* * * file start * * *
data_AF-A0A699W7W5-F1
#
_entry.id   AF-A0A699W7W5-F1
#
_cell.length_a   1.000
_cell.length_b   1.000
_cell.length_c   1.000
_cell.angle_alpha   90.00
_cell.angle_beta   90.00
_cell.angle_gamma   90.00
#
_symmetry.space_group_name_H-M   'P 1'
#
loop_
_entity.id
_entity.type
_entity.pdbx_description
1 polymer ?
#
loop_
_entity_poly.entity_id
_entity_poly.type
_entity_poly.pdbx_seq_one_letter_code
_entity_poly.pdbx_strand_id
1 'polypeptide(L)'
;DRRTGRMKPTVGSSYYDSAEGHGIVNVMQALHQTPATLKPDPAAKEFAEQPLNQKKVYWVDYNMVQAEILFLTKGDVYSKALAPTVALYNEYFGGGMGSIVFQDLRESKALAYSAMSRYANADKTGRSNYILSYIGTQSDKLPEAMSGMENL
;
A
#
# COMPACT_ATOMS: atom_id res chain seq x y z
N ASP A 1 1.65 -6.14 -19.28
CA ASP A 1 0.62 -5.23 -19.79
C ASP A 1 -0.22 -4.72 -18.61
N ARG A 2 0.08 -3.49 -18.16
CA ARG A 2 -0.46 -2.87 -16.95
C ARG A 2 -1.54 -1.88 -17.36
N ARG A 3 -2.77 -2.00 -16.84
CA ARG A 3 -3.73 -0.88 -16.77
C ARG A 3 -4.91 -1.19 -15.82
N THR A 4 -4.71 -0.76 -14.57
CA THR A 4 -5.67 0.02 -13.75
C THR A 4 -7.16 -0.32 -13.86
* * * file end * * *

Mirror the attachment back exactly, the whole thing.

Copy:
data_AF-A0A699W7W5-F1
#
_entry.id   AF-A0A699W7W5-F1
#
_cell.length_a   1.000
_cell.length_b   1.000
_cell.length_c   1.000
_cell.angle_alpha   90.00
_cell.angle_beta   90.00
_cell.angle_gamma   90.00
#
_symmetry.space_group_name_H-M   'P 1'
#
loop_
_entity.id
_entity.type
_entity.pdbx_description
1 polymer ?
#
loop_
_entity_poly.entity_id
_entity_poly.type
_entity_poly.pdbx_seq_one_letter_code
_entity_poly.pdbx_strand_id
1 'polypeptide(L)'
;DRRTGRMKPTVGSSYYDSAEGHGIVNVMQALHQTPATLKPDPAAKEFAEQPLNQKKVYWVDYNMVQAEILFLTKGDVYSKALAPTVALYNEYFGGGMGSIVFQDLRESKALAYSAMSRYANADKTGRSNYILSYIGTQSDKLPEAMSGMENL
;
A
#
# COMPACT_ATOMS: atom_id res chain seq x y z
N ASP A 1 1.65 -6.14 -19.28
CA ASP A 1 0.62 -5.23 -19.79
C ASP A 1 -0.22 -4.72 -18.61
N ARG A 2 0.08 -3.49 -18.16
CA ARG A 2 -0.46 -2.87 -16.95
C ARG A 2 -1.54 -1.88 -17.36
N ARG A 3 -2.77 -2.00 -16.84
CA ARG A 3 -3.73 -0.88 -16.77
C ARG A 3 -4.91 -1.19 -15.82
N THR A 4 -4.71 -0.76 -14.57
CA THR A 4 -5.67 0.02 -13.75
C THR A 4 -7.16 -0.32 -13.86